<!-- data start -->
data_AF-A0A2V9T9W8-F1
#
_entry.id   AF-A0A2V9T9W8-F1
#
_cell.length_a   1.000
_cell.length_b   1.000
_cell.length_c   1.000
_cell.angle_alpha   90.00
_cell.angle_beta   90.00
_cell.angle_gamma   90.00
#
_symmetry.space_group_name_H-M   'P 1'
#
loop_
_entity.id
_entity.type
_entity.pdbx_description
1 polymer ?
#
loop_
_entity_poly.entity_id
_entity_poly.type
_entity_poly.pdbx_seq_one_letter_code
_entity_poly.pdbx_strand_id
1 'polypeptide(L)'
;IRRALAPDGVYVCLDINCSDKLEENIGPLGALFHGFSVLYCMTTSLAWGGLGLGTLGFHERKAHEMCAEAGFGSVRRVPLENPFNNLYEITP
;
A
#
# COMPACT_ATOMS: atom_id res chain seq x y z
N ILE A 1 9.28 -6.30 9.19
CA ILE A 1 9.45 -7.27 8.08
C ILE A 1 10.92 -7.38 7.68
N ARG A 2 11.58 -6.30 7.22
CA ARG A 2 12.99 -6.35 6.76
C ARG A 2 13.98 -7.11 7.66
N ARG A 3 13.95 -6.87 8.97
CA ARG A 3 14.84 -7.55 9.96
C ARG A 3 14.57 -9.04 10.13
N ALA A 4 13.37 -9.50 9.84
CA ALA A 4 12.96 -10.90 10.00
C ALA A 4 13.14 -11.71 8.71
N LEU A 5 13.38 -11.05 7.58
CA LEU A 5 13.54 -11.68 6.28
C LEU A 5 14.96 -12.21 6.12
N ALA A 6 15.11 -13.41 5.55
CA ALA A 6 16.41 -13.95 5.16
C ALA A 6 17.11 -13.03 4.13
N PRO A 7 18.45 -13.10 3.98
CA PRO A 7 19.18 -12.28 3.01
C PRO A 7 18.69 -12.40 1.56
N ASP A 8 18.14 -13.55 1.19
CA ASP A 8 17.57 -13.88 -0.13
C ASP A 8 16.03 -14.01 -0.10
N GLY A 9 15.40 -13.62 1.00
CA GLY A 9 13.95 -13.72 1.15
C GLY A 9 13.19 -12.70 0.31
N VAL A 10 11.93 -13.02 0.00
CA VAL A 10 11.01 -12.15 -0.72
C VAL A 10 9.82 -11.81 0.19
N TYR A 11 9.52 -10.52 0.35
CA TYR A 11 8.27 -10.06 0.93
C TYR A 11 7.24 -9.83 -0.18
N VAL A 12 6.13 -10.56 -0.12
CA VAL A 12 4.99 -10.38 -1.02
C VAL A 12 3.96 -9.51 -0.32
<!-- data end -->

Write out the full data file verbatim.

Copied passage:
data_AF-A0A2V9T9W8-F1
#
_entry.id   AF-A0A2V9T9W8-F1
#
_cell.length_a   1.000
_cell.length_b   1.000
_cell.length_c   1.000
_cell.angle_alpha   90.00
_cell.angle_beta   90.00
_cell.angle_gamma   90.00
#
_symmetry.space_group_name_H-M   'P 1'
#
loop_
_entity.id
_entity.type
_entity.pdbx_description
1 polymer ?
#
loop_
_entity_poly.entity_id
_entity_poly.type
_entity_poly.pdbx_seq_one_letter_code
_entity_poly.pdbx_strand_id
1 'polypeptide(L)'
;IRRALAPDGVYVCLDINCSDKLEENIGPLGALFHGFSVLYCMTTSLAWGGLGLGTLGFHERKAHEMCAEAGFGSVRRVPLENPFNNLYEITP
;
A
#
# COMPACT_ATOMS: atom_id res chain seq x y z
N ILE A 1 9.28 -6.30 9.19
CA ILE A 1 9.45 -7.27 8.08
C ILE A 1 10.92 -7.38 7.68
N ARG A 2 11.58 -6.30 7.22
CA ARG A 2 12.99 -6.35 6.76
C ARG A 2 13.98 -7.11 7.66
N ARG A 3 13.95 -6.87 8.97
CA ARG A 3 14.84 -7.55 9.96
C ARG A 3 14.57 -9.04 10.13
N ALA A 4 13.37 -9.50 9.84
CA ALA A 4 12.96 -10.90 10.00
C ALA A 4 13.14 -11.71 8.71
N LEU A 5 13.38 -11.05 7.58
CA LEU A 5 13.54 -11.68 6.28
C LEU A 5 14.96 -12.21 6.12
N ALA A 6 15.11 -13.41 5.55
CA ALA A 6 16.41 -13.95 5.16
C ALA A 6 17.11 -13.03 4.13
N PRO A 7 18.45 -13.10 3.98
CA PRO A 7 19.18 -12.28 3.01
C PRO A 7 18.69 -12.40 1.56
N ASP A 8 18.14 -13.55 1.19
CA ASP A 8 17.57 -13.88 -0.13
C ASP A 8 16.03 -14.01 -0.10
N GLY A 9 15.40 -13.62 1.00
CA GLY A 9 13.95 -13.72 1.15
C GLY A 9 13.19 -12.70 0.31
N VAL A 10 11.93 -13.02 0.00
CA VAL A 10 11.01 -12.15 -0.72
C VAL A 10 9.82 -11.81 0.19
N TYR A 11 9.52 -10.52 0.35
CA TYR A 11 8.27 -10.06 0.93
C TYR A 11 7.24 -9.83 -0.18
N VAL A 12 6.13 -10.56 -0.12
CA VAL A 12 4.99 -10.38 -1.02
C VAL A 12 3.96 -9.51 -0.32